Russian Foreign Ministry Photo via AP

President Trump revealed highly classified information to Russian Foreign Secretary Sergey Lavrov and Ambassador Sergey Kislyak in an Oval Office meeting last week, according to a Washington Post report since confirmed by the New York Times, Buzzfeed News and CNN.

What Trump reportedly said: After "boasting about his inside knowledge of the looming threat" he described a specific ISIS plot and the city where it was detected.

The potential consequences: The intelligence-sharing system through which the U.S. learned of the plot is incredibly sensitive, and could now be at risk.

What the administration says: National Security Advisor H.R. McMaster called the Post's report "false" but did not deny its key claims. Secretary of State Rex Tillerson issued a similarly incomplete denial.

Complete coverage: timeline of WH response, the incomplete denials, GOP reaction, Dem reaction, and Trump on classified leaks.

The Post pushes back: Greg Miller, one of the reporters who broke the story, accused the White House of "playing word games" in its denial, and National Editor Scott Wilson tweeted that McMaster "had the opportunity to call the story 'false' before we published it (we quoted him on the record.) He did not."

Key excerpts
  • Trump in the meeting, per an official: "I get great intel. I have people brief me on great intel every day."
  • Another U.S. official to the Post: "Russia could identify our sources or techniques. I don't think that it would be that hard [for Russian spy services] to figure this out."
  • An official to Buzzfeed: "It's far worse than what has already been reported."
  • NYT: "A Middle Eastern ally that closely guards its own secrets provided the information, which was considered so sensitive that American officials did not share it widely within the United States government or pass it on to other allies."
A question of intent
  • A White House adviser tells Politico: "He doesn't really know any boundaries. He doesn't think in those terms. He doesn't sometimes realize the implications of what he's saying. I don't think it was his intention in any way to share any classified information. He wouldn't want to do that."
  • Per Lawfare Blog, "what Trump thought he was doing might well inflect whether we should see this as an act of carelessness, an act of carelessness bordering on treachery, or an act of judgment (even if misjudgment) of the sort we elect presidents to make."
Insights and reactions:
  • Republican Sen. Bob Corker: "The White House has got to do something soon to bring itself under control and in order….Obviously they're in a downward spiral right now and they've got to figure out a way to come to grips with all that's happening…. To compromise a source is something that you just don't do."
  • Democratic Sen. Mark Warner: "A slap in the face to the intel community."
  • NYT's Maggie Haberman: "Trump likes to show off his office toys. This is the intel equivalent of Trump showing ppl Shaq's shoe at Trump Tower."
  • NYT's Glenn Thrush: "Reported fact-chain: 1) Comey requests more $ for Russia probe 2) Trump cans Comey 3) Trump invites Russians to Oval, divulges state secrets."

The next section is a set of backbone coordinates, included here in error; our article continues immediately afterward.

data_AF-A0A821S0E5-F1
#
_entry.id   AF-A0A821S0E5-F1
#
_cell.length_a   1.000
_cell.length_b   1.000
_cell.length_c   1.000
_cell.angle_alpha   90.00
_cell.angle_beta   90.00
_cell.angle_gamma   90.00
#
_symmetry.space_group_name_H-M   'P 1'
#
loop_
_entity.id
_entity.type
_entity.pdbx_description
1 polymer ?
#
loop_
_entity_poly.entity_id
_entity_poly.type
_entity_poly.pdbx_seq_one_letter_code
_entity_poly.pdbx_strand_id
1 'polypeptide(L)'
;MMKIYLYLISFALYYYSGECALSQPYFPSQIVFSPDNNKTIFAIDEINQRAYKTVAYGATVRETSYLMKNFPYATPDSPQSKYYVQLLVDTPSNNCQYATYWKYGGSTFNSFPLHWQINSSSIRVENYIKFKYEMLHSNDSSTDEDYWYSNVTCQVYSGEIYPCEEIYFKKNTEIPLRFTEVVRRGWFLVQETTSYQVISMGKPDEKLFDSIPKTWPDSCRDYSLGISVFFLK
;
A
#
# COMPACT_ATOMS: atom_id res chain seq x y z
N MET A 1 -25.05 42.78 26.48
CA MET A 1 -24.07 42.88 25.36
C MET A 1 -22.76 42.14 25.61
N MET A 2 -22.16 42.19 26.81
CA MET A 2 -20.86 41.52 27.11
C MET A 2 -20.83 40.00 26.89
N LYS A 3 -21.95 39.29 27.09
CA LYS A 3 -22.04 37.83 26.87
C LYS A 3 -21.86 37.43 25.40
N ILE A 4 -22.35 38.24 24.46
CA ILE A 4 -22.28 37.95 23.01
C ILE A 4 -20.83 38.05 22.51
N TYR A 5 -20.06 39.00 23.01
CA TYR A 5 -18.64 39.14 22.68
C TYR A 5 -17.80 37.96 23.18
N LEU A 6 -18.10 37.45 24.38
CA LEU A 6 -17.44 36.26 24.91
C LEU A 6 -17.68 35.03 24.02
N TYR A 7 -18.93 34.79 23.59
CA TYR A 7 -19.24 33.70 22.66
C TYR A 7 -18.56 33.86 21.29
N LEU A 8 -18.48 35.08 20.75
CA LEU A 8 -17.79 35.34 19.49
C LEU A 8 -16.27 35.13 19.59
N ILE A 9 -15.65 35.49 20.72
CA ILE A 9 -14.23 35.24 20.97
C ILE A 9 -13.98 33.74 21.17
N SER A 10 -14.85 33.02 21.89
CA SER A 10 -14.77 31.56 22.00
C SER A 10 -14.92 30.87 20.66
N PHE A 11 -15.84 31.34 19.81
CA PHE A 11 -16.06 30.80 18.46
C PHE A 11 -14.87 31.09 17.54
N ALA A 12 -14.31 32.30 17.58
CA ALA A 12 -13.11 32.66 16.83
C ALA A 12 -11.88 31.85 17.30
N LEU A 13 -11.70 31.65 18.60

Looking ahead: Trump departs Friday for his first foreign trip, beginning in the Middle East, and meets with Turkish President Erdogan Tuesday. Both events will put additional strains on a White House that is clearly in damage control mode.

People are paying attention:

Go deeper

Americans reflect on Independence Day amid racism reckoning

A Black Lives Matter banner and a United States flag on the facade of the U.S. embassy building in Seoul, South Korea. Photo: Simon Shin/SOPA Images/LightRocket via Getty Images

America's leaders are rethinking how they view Independence Day, as the country reckons with the historic, unequal treatment of people of color during a pandemic which has disproportionately affected nonwhite Americans.

Why it matters: The country’s legacy of racism has come into sharp focus in the weeks of protests following the death of George Floyd while in Minneapolis police custody. From Confederate statues to Mount Rushmore, Americans are reexamining the symbols and traditions they elevate and the history behind them.

Updated 6 hours ago - Politics & Policy

Coronavirus dashboard

Illustration: Aïda Amer/Axios

  1. Global: Total confirmed cases as of 7 p.m. ET: 11,031,905 — Total deaths: 523,777 — Total recoveries — 5,834,337Map.
  2. U.S.: Total confirmed cases as of 7 p.m. ET: 2,788,395 — Total deaths: 129,306 — Total recoveries: 790,404 — Total tested: 34,213,497Map.
  3. States: ICU beds in Arizona's hot spot reach near capacity.
  4. Public health: The states where face coverings are mandatory Fauci says it has been a "very disturbing week" for the spread of the coronavirus in the U.S.
  5. Economy: The economy may recover just quickly enough to kill political interest in more stimulus.
9 hours ago - Sports

Washington Redskins to review team name amid public pressure

Photo: Patrick McDermott/Getty Images

The Washington Redskins have announced they will be conducting a review of the team's name after mounting pressure from the public and corporate sponsors.

Why it matters: This review is the first formal step the Redskins are taking since the debate surrounding the name first began. It comes after weeks of discussions between the team and the NFL, the team said.